Dr. Farouk El-Baz & Rabbi Arthur Waskow, 9/18/2003
Mesopotamia means "the land between two rivers." However, the territory of modern Iraq includes a vast stretch of desert in the west and south, which is not generally understood.
The desert surface is strikingly zoned by wind segregation. The finest particles are winnowed out and whirled into the atmosphere as dust. They settle out of suspension beyond zones of high wind energy. In contrast to suspension in the atmosphere of the finest particles, sand-sized grains bounce readily in strong winds.
By the bouncing process, the wind segregates sand grains and shepherds them into dunes. Particles of sand not lifted off the surface by the bouncing grains may gradually and erratically move or roll along the surface. With high winds the whole surface covered by such grains appears to be creeping slowly along the wind direction.
Segregation of particles by the wind results in the formation of vast, flat plains that are veneered with granules or pebbles. The well-sorted and usually one-grain thick layer is called "desert pavement." It forms an armor that stays in equilibrium with the strongest winds; its removal results in immediate erosion of the suddenly unprotected, underlying fine particles.
Both Gulf Wars commenced in this environment (in 1991 and 2003). The movement of great numbers of tanks and mechanized vehicles on this surface adversely impacted the desert pavement. During the two military conflicts columns of vehicles from both sides of the conflicts tore up the surface. The heavy vehicles and tanks scattered the cover of pebbles and excavated large amounts of fine-grained soil.
More importantly, during the preparation for (and pauses in) military action, armed forces spend much of their time digging trenches in the desert. Beyond the trenches, pits are dug as hiding places for military equipment and storage areas of ammunition, etc. Furthermore, berms or sand embankments are built to slow down the potential advance of forces or to protect troops. The resulting exposure of sand leads to its mobilization.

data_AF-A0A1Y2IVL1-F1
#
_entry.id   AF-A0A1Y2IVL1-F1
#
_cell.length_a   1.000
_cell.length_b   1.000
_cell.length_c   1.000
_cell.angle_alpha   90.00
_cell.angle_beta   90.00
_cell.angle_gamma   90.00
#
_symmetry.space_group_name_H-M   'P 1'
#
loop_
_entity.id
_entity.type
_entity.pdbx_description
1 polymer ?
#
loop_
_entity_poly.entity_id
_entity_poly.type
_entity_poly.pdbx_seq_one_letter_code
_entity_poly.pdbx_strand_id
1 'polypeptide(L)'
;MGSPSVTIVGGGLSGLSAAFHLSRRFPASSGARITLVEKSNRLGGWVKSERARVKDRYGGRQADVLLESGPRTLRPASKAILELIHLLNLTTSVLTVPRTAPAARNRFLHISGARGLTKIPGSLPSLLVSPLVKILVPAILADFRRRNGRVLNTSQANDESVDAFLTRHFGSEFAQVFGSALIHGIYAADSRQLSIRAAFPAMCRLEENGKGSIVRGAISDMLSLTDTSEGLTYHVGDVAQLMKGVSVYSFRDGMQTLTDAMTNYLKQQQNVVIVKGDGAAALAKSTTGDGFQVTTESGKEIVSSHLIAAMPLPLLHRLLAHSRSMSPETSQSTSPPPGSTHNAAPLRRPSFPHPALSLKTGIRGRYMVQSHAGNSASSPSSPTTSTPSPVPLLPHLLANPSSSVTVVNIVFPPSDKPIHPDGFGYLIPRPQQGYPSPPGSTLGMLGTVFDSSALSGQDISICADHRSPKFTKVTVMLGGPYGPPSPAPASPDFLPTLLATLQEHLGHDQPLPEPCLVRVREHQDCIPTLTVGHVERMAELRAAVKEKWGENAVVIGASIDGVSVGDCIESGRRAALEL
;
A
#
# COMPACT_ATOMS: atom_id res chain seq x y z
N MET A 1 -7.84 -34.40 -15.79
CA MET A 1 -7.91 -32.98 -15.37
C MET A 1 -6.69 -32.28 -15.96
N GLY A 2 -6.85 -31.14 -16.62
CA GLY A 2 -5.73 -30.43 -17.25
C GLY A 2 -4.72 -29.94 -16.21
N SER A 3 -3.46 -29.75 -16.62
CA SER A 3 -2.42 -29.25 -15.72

Dust and sandstorms in this region are particularly frequent in spring and summer due to strong winds, locally called "shamal" from an Arabic word meaning "north." From April to August each year, large clouds of dust and sand are carried by the northwesterly winds. The dust storms that we have witnessed during March are caused by wind that is locally called "kaus," which originates from the south. Thus, it returns the dust that was moved southward by the shamal back whence it came.
In the case of sand dunes, they continue to move for as long as there is wind. They cause serious damage by encroaching on roads, airport runways, farms, and houses. Thus, dust and sand produced by military actions represent long-term environmental hazards. To limit their effect, the land surface should be leveled flat when the conflict ends.
Dr. Farouk El-Baz is Research Professor and Director of Boston University Center for Remote Sensing. He was asked by the Government of Kuwait to evaluate the environmental effects of the 1990-1991 war, and he co-edited "The Gulf War and the Environment," published in 1994.
Sandstorms and The Cloud of Mystery
Where is God in the desert of Iraq?
Our God is YHWH/Yahh, the One Who Breathes —
Whose Name is simply breathing,
The Holy Wind that Breathes all life,
Who breathes all peoples and all life-forms.
The Holy Wind is breathing in the desert.
Our Torah teaches:
The messenger of God
that had been walking in front
of the army of Godwrestler
Walked on and went behind them.
The pillar of cloud moved ahead of them
and stood behind them,
coming between the army of the
Tight and Narrow Space
and the army of
Here! — the Cloud of Darkness,
Yet it gave light throughout the night.
The one army came not near the other army
all the night. (Exod. 14: 19-20)
What is the CLOUD OF DARKNESS, and how doe
it stand between the armies?
We saw it; it is no myth, this Cloud of
The wind of God mixed air with Mother Earth,
and sandstorms blew. The armie
could not see to kill each other.
The Darkness in these sandstorms kept the
light of life alive in the eyes of
earthy-humans who had been sent
to kill and die.
The sandstorms blew,
machines grew gritty
with the dark so thick
you could not help but feel it.
The armies downed their weapon
because they could not see.
We pray, we plead, we yearn, we act:
May the dark storms of sand continue to
separate the armies.
May the Dark Cloud of Mystery continue to
keep the light of life alive.
May we affirm and heal the Mystery of life.
May we open our eyes to the darkness that
keeps us from killing and
Blessed are You, Holy Wind Who breathes life
and spirit into all the world,
Who shapes light and creates dark, Who make
shalom and creates the w/hole.
Barukh attah Yahh elohenu ruakh ha'olam, yotzer ohr u'voray choshech, oseh shalom u'voray et ha'kol.
Rabbi Arthur Waskow is Director of The Shalom Center.